Patrick Robinson at the Eastern Weddell Sea, Antarctica--Yesterday, we were in search of our 10th and final seal and found an ice floe with several seals. We prepared our gear and went out onto the ice to get a closer look. Unfortunately, the seals were a bit too young for our study (we are tagging adult animals). So, we hiked back to the ship and continued our search. We continued scanning through binoculars from the bridge for the remainder of the day, but saw only crabeater seals.
Patrick Robinson in the Eastern Weddell Sea, Antarctica--After two weeks of transit and oceanography work, we are now ready to begin searching for Weddell seals. We are in the southeastern Weddell sea in an area where chief scientist Keith Nicholls spotted animals on previous expeditions. Weddell seals prefer areas of dense sea ice over the continental shelf in waters between 400-700 meters depth. The seals spend most of their time in the water diving and foraging, but we are looking for animals that have hauled out on the sea ice to rest.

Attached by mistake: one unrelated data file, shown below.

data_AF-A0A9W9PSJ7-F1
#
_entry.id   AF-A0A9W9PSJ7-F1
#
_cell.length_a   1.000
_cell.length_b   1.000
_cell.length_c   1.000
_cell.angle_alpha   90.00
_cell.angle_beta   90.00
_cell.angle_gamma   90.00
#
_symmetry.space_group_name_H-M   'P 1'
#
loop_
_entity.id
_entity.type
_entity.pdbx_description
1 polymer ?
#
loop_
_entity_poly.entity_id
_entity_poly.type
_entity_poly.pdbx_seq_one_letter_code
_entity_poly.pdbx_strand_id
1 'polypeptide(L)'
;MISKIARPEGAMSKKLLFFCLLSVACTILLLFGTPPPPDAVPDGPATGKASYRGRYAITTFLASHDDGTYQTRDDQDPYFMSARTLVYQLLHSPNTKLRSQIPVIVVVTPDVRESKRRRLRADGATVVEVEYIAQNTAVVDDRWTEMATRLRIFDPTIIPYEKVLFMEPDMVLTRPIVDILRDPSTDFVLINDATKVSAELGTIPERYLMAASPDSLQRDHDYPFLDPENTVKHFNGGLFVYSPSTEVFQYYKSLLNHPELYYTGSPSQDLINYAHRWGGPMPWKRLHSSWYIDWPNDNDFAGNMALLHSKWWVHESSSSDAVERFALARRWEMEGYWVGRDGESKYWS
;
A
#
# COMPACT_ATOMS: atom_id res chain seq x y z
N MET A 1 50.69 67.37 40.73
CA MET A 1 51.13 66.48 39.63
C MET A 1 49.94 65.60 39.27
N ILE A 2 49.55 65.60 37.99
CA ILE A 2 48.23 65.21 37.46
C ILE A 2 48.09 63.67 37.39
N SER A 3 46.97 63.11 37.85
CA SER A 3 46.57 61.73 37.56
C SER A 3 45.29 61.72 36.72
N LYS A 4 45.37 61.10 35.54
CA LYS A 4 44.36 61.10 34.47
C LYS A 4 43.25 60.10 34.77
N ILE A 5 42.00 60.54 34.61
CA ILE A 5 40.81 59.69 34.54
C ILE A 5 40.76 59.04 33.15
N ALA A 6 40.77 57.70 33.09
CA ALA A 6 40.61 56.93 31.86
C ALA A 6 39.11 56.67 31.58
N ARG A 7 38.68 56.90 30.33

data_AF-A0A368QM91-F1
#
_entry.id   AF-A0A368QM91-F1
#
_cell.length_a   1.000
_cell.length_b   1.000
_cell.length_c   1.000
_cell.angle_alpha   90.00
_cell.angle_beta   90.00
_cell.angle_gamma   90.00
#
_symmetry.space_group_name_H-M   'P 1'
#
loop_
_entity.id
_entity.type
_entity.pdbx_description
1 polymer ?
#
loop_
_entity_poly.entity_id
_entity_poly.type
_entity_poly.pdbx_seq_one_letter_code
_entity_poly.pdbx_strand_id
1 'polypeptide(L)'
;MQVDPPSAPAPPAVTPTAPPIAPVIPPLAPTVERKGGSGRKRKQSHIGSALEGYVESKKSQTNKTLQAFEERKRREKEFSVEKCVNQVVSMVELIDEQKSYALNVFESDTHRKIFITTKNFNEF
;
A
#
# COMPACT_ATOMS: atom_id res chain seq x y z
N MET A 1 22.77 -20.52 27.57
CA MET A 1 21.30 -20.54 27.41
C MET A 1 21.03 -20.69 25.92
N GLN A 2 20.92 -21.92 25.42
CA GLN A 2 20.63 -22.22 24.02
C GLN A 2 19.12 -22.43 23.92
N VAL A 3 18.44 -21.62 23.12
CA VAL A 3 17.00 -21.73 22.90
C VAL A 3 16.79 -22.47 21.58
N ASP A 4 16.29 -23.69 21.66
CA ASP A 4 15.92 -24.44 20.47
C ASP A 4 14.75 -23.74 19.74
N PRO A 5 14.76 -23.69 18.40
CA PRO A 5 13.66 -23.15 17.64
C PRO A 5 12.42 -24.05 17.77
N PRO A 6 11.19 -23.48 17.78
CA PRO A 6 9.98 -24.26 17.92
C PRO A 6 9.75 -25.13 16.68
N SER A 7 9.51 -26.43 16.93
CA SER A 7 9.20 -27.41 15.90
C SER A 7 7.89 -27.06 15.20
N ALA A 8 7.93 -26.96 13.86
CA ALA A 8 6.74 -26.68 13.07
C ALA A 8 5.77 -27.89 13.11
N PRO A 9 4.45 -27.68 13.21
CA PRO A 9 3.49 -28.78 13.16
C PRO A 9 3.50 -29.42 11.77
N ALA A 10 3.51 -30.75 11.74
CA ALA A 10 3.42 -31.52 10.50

We managed to squeak out one last deployment on a crabeater seal on the way back to Palmer Station. That means all of our CTD tags are deployed! In other words, we're all tagged out!
We rolled the dice a little bit today and it paid off.
Well, we got a little taste of Antarctic weather in late May yesterday.
Today we were successful in deploying our first tag, above. And, below, that's the seal heading into the water after it's tagged.
We left Palmer Station (above) yesterday evening and arrived at Crystal Sound this morning where the previous seal team tagged its first seal.
The bad weather has hampered the fishing crew on the Gould and cost us the extra half day of seal-catching that they were trying to give us.
The seal crew arrived yesterday at Palmer Station and met up with Gitte McDonald. We spent the day reviewing procedures, working on equipment and getting oriented to the station.
Aboard the RV L.M. Gould in the (dreaded) Drake Passage. We are in the midst of a crew switch for the remainder of the crabeater seal tag deployments.